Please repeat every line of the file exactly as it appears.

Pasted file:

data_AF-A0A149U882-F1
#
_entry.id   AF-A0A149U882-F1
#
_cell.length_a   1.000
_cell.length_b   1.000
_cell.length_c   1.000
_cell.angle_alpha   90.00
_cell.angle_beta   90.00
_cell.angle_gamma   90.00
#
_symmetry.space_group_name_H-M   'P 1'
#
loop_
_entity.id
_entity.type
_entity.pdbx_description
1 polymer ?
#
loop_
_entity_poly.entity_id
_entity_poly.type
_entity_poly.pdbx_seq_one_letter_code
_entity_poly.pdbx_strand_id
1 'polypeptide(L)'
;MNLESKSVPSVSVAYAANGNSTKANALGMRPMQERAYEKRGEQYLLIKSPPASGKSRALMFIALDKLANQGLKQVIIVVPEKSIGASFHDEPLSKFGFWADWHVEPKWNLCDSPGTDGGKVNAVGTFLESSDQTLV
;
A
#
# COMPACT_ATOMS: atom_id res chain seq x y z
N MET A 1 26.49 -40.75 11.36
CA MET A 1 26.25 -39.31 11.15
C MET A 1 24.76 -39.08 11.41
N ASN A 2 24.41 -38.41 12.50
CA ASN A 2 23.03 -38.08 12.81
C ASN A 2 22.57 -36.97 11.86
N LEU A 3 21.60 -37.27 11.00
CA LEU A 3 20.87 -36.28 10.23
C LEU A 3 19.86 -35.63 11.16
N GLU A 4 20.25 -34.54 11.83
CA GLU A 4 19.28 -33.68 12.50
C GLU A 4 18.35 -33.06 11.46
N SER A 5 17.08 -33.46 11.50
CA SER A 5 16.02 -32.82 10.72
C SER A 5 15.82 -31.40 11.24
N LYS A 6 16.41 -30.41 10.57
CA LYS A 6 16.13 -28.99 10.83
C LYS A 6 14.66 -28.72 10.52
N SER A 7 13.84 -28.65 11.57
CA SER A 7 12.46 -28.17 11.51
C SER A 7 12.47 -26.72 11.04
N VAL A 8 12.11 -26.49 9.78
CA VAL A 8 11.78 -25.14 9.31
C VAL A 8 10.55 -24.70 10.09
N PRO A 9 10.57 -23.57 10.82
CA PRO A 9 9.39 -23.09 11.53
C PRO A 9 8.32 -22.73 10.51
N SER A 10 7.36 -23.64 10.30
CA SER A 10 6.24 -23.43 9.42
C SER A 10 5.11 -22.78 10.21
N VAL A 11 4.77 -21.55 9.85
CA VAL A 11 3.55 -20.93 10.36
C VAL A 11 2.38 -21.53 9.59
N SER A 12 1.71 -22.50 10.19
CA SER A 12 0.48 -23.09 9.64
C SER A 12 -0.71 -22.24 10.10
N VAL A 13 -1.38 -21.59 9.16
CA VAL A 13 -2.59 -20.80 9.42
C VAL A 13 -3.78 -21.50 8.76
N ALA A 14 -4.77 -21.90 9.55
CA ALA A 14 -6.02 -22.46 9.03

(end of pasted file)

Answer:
data_AF-A0A149U882-F1
#
_entry.id   AF-A0A149U882-F1
#
_cell.length_a   1.000
_cell.length_b   1.000
_cell.length_c   1.000
_cell.angle_alpha   90.00
_cell.angle_beta   90.00
_cell.angle_gamma   90.00
#
_symmetry.space_group_name_H-M   'P 1'
#
loop_
_entity.id
_entity.type
_entity.pdbx_description
1 polymer ?
#
loop_
_entity_poly.entity_id
_entity_poly.type
_entity_poly.pdbx_seq_one_letter_code
_entity_poly.pdbx_strand_id
1 'polypeptide(L)'
;MNLESKSVPSVSVAYAANGNSTKANALGMRPMQERAYEKRGEQYLLIKSPPASGKSRALMFIALDKLANQGLKQVIIVVPEKSIGASFHDEPLSKFGFWADWHVEPKWNLCDSPGTDGGKVNAVGTFLESSDQTLV
;
A
#
# COMPACT_ATOMS: atom_id res chain seq x y z
N MET A 1 26.49 -40.75 11.36
CA MET A 1 26.25 -39.31 11.15
C MET A 1 24.76 -39.08 11.41
N ASN A 2 24.41 -38.41 12.50
CA ASN A 2 23.03 -38.08 12.81
C ASN A 2 22.57 -36.97 11.86
N LEU A 3 21.60 -37.27 11.00
CA LEU A 3 20.87 -36.28 10.23
C LEU A 3 19.86 -35.63 11.16
N GLU A 4 20.25 -34.54 11.83
CA GLU A 4 19.28 -33.68 12.50
C GLU A 4 18.35 -33.06 11.46
N SER A 5 17.08 -33.46 11.50
CA SER A 5 16.02 -32.82 10.72
C SER A 5 15.82 -31.40 11.24
N LYS A 6 16.41 -30.41 10.57
CA LYS A 6 16.13 -28.99 10.83
C LYS A 6 14.66 -28.72 10.52
N SER A 7 13.84 -28.65 11.57
CA SER A 7 12.46 -28.17 11.51
C SER A 7 12.47 -26.72 11.04
N VAL A 8 12.11 -26.49 9.78
CA VAL A 8 11.78 -25.14 9.31
C VAL A 8 10.55 -24.70 10.09
N PRO A 9 10.57 -23.57 10.82
CA PRO A 9 9.39 -23.09 11.53
C PRO A 9 8.32 -22.73 10.51
N SER A 10 7.36 -23.64 10.30
CA SER A 10 6.24 -23.43 9.42
C SER A 10 5.11 -22.78 10.21
N VAL A 11 4.77 -21.55 9.85
CA VAL A 11 3.55 -20.93 10.36
C VAL A 11 2.38 -21.53 9.59
N SER A 12 1.71 -22.50 10.19
CA SER A 12 0.48 -23.09 9.64
C SER A 12 -0.71 -22.24 10.10
N VAL A 13 -1.38 -21.59 9.16
CA VAL A 13 -2.59 -20.80 9.42
C VAL A 13 -3.78 -21.50 8.76
N ALA A 14 -4.77 -21.90 9.55
CA ALA A 14 -6.02 -22.46 9.03